David Nabhan
Tectonic Shifts

Science bombshell: ‘Dark matter’s’ reality doubted

Andromeda Galaxy (Courtesy: NASA)

The great Jewish-American astronomer, Vera Rubin, passed away on Christmas Day, 2016. The world’s press, oblivious to her real accomplishments and in perfect groupthink lockstep did what they do best, broadcasting thousands of cookie-cutter obituaries hailing the late scientist as the “discoverer of dark matter.” Dr. Rubin, however, had told the media on many occasions that she had achieved no such thing and that as far as she was concerned the scientific method prevented her from making such outlandish knee-jerk declarations as having discovered a new form of matter that science was desperate to believe was there, swirling around nearby galaxies in stupendous quantities.

Dark matter, if it exists, is a unique substance indeed. It can’t be seen, heard, smelled, tasted, or felt. It neither gives off nor reflects light. It can’t be perceived in any possible way—except that it supposedly “weighs” and coincidentally precisely as much as required to make science’s current paradox regarding its hopelessly unbalanced gravitational equations concerning galactic rotational velocities all immediately square and equalize.

Very few news fonts honored Dr. Rubin’s passing by allowing her to speak for herself rather than demeaning her memory by putting their politically correct, popular culture, cult-personality version of science on her lips. I’m proud to say Newsmax (6-12-2017) allowed me years ago on the occasion of her death to give Vera Rubin the dignity of publishing her own words on this matter, and not mine, or anyone else’s with a scientific axe to grind. The respected astronomer’s view was sober, reserved, circumspect and wise: “If I had my pick, I’d like to learn that Newton’s laws must be modified in order to correctly describe gravitational interactions at large distance. That’s more appealing than a universe filled with a new kind of particle.”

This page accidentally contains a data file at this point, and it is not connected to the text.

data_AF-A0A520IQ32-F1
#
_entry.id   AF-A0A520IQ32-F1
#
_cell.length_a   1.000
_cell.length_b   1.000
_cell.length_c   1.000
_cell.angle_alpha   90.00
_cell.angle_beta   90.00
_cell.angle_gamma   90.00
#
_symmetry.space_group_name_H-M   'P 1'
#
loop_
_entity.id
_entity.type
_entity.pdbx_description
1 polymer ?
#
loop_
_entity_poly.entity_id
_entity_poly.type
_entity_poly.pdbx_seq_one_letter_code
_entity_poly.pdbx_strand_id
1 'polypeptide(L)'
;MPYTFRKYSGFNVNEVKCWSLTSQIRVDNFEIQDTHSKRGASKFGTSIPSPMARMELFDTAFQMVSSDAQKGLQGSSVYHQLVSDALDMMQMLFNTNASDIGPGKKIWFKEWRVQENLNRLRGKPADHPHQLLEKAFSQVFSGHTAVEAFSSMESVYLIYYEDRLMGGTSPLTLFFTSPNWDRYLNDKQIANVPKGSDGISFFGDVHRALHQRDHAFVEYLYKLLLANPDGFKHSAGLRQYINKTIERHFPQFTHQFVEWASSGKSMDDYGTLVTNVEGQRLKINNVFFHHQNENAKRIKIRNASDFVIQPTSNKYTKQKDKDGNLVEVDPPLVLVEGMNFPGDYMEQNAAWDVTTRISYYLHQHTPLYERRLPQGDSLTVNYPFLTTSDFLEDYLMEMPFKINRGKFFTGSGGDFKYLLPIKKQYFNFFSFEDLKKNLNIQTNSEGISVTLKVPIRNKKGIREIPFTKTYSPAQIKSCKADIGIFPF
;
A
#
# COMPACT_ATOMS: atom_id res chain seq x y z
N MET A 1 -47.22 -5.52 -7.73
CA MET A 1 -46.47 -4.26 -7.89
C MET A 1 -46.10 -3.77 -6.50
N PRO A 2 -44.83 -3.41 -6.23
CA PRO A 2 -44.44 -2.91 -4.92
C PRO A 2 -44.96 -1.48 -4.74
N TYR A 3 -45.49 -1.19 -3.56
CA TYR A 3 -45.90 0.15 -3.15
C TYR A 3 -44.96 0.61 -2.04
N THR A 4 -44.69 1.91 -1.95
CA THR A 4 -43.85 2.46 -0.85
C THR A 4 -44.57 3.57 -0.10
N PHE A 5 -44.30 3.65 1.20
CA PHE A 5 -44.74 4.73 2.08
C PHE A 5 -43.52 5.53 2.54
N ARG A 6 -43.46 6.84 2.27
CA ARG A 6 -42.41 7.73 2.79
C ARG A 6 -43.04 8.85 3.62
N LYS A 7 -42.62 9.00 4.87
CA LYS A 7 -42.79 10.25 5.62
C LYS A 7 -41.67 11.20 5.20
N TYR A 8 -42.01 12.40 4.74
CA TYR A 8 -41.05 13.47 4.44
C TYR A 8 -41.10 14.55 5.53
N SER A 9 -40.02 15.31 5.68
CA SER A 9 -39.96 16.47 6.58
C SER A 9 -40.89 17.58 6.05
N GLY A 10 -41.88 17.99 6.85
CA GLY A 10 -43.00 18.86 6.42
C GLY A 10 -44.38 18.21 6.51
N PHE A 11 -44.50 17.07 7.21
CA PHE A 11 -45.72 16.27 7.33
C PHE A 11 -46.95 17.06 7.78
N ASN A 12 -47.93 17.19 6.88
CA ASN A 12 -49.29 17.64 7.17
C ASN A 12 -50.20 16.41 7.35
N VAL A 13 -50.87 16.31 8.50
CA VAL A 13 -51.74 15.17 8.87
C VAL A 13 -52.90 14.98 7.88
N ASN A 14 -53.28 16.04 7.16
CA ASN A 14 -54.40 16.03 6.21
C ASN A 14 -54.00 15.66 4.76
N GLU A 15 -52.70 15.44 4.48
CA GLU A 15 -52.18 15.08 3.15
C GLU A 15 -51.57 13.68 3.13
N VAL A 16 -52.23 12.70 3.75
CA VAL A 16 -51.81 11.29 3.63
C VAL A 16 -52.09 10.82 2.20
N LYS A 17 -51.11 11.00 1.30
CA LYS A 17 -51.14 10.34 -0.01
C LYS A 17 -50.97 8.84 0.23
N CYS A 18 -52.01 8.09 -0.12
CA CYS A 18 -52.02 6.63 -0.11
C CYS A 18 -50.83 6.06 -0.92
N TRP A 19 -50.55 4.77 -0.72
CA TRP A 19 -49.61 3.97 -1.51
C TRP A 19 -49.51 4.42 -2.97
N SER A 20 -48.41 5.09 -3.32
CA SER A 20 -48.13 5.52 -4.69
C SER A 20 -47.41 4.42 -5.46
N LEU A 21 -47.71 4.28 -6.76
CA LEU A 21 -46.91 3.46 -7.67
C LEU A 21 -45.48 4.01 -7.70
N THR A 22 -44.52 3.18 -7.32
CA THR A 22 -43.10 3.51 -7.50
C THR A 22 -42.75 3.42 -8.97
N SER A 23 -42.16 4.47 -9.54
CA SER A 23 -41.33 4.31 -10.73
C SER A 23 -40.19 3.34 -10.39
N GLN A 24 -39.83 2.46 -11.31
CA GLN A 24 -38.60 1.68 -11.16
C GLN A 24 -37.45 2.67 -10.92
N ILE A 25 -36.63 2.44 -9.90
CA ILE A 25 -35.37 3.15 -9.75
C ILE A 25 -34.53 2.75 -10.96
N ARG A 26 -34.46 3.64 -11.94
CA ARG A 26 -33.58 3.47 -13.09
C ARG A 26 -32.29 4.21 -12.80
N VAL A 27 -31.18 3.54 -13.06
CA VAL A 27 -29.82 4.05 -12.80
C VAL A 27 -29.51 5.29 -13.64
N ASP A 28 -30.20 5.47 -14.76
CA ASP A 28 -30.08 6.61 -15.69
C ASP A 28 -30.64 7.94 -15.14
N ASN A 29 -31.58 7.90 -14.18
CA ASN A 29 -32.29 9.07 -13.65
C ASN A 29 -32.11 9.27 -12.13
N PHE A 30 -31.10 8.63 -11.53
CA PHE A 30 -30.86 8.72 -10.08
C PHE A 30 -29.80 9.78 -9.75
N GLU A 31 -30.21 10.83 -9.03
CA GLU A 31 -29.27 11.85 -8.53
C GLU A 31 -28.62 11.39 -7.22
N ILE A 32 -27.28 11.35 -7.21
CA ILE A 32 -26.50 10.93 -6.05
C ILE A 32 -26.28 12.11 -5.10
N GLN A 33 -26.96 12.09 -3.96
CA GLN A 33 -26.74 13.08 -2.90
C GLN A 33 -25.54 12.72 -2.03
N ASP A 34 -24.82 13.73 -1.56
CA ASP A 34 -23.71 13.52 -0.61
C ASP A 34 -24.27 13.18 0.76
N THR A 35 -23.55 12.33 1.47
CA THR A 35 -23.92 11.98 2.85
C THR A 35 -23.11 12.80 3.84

Dr. Rubin became such a central figure concerning dark matter since she is the researcher who found that the Andromeda galaxy, our closest galactic neighbor, is spinning too quickly. This enormous collection of one trillion stars itself doesn’t have the mass, and therefore the gravity, to hold on to its peripheral stellar systems which should be flying off into space due to their velocity. She understood that this problem in celestial mechanics, now seen not just confined to one galaxy but throughout the cosmos, is certainly real.

But as to what the solution for it should be, it was not Vera Rubin who decided to toss the scientific method to the side and grasp at the simple yet bizarre option of inventing dark matter out of whole cloth. She never peddled conjectures created out of thin air and impossible to verify while nonetheless posing as truisms.

More to the point, as far as her prescient supposition that perhaps our understanding of gravity needed modification rather than the invention of a new, metaphysical form of matter, her words echo in a stunning scientific paper published on November 20, 2020 in the esteemed Astrophysical Journal, Volume 904, Number 1. An international team of astronomers are contending they’ve discovered indications that an “external field effect” has been found.